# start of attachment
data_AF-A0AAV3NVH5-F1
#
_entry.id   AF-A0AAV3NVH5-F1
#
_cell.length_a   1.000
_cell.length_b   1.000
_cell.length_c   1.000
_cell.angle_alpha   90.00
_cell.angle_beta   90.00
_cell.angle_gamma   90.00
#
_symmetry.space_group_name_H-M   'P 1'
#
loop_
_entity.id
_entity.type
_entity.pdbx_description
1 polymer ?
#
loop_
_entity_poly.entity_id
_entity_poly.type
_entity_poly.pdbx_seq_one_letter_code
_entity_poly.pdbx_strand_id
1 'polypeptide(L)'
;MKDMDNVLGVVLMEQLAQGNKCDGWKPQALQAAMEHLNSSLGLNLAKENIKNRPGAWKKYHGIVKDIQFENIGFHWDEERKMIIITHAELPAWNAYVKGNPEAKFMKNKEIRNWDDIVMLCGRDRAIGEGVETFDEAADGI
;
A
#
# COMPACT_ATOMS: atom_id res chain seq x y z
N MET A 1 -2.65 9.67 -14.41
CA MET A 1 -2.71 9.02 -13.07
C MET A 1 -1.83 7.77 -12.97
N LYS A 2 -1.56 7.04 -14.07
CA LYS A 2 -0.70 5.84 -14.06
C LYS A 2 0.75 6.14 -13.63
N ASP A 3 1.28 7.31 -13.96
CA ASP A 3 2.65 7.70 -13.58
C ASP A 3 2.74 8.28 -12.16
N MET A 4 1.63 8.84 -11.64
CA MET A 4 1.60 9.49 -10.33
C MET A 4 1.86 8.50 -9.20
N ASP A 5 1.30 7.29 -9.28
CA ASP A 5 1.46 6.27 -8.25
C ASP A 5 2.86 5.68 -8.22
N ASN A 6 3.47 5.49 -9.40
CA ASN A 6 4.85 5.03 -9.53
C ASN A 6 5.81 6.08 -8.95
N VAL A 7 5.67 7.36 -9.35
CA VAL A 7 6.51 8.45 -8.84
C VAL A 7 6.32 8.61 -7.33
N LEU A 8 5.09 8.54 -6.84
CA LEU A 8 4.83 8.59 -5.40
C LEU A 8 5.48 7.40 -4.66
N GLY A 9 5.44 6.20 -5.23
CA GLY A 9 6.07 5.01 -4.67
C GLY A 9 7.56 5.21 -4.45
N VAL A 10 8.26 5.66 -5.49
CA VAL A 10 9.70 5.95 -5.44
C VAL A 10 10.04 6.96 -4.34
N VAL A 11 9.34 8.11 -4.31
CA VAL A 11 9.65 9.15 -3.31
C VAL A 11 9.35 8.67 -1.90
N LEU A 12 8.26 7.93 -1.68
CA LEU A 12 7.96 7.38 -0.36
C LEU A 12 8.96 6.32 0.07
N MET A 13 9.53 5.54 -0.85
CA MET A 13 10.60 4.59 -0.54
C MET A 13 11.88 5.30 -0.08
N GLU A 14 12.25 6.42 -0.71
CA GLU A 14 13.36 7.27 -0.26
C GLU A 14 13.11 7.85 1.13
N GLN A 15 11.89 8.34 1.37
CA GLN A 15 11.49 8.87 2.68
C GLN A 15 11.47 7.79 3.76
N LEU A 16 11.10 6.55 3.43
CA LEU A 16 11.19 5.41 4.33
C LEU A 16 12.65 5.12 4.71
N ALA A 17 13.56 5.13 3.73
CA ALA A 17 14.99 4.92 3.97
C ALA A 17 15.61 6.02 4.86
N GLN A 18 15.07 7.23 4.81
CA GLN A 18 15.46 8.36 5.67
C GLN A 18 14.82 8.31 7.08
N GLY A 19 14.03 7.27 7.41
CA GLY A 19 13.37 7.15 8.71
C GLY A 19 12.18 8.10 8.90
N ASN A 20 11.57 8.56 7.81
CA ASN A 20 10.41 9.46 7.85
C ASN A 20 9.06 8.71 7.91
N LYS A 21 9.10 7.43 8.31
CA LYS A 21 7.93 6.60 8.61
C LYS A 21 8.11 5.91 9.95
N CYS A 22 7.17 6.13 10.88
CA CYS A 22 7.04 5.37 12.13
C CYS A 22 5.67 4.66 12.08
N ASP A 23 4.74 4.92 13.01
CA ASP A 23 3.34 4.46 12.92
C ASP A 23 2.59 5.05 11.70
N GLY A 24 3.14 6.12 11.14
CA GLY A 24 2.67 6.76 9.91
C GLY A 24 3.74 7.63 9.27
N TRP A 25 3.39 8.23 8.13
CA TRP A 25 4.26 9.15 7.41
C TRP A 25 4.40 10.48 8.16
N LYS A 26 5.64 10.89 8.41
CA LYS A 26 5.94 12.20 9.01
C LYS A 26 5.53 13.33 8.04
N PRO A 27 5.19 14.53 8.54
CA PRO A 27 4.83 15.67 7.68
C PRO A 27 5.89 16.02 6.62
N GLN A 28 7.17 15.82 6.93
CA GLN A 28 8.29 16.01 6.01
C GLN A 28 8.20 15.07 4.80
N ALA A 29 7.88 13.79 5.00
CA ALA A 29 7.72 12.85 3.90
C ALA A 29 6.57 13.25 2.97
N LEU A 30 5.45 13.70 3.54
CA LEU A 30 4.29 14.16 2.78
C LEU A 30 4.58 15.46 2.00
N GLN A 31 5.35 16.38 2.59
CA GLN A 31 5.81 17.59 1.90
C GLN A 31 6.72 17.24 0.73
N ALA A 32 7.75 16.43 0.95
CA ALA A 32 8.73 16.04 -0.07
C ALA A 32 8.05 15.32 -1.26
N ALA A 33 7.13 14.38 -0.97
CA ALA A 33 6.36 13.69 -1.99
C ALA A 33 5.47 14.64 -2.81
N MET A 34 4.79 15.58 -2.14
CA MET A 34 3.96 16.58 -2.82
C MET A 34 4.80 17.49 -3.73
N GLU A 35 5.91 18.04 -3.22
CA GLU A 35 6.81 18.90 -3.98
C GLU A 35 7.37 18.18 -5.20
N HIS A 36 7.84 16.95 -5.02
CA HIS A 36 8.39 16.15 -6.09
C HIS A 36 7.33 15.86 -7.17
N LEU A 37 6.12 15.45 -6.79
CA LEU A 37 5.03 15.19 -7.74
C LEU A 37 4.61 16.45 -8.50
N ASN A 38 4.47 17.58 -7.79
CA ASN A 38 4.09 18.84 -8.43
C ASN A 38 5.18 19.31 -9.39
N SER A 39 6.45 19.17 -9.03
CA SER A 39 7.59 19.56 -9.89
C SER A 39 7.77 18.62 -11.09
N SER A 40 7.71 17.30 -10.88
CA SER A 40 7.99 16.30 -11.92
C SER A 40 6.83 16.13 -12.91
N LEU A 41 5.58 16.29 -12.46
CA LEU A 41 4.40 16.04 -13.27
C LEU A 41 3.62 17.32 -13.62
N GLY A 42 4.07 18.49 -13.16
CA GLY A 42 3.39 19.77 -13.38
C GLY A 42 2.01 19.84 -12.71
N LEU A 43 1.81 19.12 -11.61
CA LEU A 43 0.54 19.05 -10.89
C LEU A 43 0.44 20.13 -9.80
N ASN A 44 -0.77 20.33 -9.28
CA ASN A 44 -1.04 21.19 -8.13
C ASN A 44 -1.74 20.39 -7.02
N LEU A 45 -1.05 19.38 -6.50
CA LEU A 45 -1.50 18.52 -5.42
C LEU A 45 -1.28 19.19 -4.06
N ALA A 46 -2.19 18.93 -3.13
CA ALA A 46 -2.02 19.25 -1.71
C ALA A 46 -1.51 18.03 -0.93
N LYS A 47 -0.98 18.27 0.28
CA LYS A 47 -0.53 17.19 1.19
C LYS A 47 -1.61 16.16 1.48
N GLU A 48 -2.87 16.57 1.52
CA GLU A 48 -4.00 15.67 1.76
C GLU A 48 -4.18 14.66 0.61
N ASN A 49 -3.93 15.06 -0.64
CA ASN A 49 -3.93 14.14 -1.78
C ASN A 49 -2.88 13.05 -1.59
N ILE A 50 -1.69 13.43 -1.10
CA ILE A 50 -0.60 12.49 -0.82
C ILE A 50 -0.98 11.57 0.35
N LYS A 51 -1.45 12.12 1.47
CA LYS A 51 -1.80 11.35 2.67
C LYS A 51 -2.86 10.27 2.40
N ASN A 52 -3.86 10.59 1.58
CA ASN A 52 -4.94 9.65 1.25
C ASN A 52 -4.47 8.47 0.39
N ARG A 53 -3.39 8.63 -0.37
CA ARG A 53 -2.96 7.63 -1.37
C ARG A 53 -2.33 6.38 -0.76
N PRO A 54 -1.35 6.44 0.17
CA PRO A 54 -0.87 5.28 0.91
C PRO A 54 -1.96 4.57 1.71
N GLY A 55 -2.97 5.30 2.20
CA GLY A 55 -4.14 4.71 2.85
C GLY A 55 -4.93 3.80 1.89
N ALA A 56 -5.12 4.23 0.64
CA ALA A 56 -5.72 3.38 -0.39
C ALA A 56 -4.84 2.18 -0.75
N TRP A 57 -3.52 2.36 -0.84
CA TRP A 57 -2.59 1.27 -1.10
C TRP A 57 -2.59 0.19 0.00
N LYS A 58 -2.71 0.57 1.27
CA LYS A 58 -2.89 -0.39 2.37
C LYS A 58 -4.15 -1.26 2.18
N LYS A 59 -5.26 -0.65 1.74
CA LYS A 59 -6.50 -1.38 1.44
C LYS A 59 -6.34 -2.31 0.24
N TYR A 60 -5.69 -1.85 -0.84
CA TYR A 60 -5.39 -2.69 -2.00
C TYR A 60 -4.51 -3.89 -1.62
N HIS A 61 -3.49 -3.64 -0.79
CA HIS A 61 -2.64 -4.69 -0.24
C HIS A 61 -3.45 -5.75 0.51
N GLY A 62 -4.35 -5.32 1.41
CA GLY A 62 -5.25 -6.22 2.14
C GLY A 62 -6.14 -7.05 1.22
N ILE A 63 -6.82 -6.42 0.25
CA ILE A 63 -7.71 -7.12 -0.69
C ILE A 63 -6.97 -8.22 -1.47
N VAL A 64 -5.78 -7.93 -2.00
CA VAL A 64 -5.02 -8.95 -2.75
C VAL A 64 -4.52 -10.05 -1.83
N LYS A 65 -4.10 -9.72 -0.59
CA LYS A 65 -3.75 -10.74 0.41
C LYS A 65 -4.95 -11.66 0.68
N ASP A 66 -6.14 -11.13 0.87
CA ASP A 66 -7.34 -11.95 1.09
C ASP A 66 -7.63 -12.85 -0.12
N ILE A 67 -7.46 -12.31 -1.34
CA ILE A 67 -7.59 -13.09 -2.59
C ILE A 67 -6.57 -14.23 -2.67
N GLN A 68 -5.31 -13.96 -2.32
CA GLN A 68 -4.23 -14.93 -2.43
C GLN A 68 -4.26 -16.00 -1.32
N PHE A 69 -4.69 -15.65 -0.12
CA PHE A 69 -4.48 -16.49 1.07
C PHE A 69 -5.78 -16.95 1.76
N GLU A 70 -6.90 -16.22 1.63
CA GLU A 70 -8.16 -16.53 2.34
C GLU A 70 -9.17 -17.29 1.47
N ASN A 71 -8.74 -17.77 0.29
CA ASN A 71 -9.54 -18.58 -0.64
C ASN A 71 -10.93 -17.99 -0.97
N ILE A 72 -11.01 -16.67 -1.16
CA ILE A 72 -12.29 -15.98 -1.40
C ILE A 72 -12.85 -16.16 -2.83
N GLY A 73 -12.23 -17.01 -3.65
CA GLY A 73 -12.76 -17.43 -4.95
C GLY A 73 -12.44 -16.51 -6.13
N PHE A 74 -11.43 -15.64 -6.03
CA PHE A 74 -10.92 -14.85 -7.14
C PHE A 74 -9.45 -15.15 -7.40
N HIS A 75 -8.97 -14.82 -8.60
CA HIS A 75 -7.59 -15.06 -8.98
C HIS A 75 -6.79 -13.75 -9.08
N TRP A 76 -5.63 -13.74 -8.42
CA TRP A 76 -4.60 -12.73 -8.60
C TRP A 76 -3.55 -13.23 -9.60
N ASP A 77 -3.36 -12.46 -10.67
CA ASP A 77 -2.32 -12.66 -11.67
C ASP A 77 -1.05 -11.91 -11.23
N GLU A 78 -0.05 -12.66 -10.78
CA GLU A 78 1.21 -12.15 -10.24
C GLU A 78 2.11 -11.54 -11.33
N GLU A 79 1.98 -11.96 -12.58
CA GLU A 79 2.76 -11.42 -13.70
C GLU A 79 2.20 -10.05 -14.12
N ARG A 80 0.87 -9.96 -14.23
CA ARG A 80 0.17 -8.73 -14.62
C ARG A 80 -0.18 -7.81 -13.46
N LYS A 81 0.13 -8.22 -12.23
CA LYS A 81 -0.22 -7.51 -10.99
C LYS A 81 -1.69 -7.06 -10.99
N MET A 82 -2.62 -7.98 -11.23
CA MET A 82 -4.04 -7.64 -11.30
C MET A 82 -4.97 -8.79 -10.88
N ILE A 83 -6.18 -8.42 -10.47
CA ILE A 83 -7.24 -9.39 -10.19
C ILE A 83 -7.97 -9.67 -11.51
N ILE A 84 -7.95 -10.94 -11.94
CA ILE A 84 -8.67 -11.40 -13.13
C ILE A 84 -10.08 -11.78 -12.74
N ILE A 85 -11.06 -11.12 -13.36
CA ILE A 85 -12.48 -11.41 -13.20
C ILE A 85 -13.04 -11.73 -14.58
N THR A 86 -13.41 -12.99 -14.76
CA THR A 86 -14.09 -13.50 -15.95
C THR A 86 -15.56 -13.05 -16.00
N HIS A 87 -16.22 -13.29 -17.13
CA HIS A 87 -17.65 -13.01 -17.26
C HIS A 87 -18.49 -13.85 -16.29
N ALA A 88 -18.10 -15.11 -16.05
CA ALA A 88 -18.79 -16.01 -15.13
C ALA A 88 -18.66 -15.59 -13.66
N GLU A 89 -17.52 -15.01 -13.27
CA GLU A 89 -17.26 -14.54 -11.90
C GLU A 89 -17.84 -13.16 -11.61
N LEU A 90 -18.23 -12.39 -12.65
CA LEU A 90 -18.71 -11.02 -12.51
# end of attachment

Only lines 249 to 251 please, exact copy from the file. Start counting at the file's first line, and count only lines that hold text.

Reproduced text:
C GLY A 73 -12.44 -16.51 -6.13
N PHE A 74 -11.43 -15.64 -6.03
CA PHE A 74 -10.92 -14.85 -7.14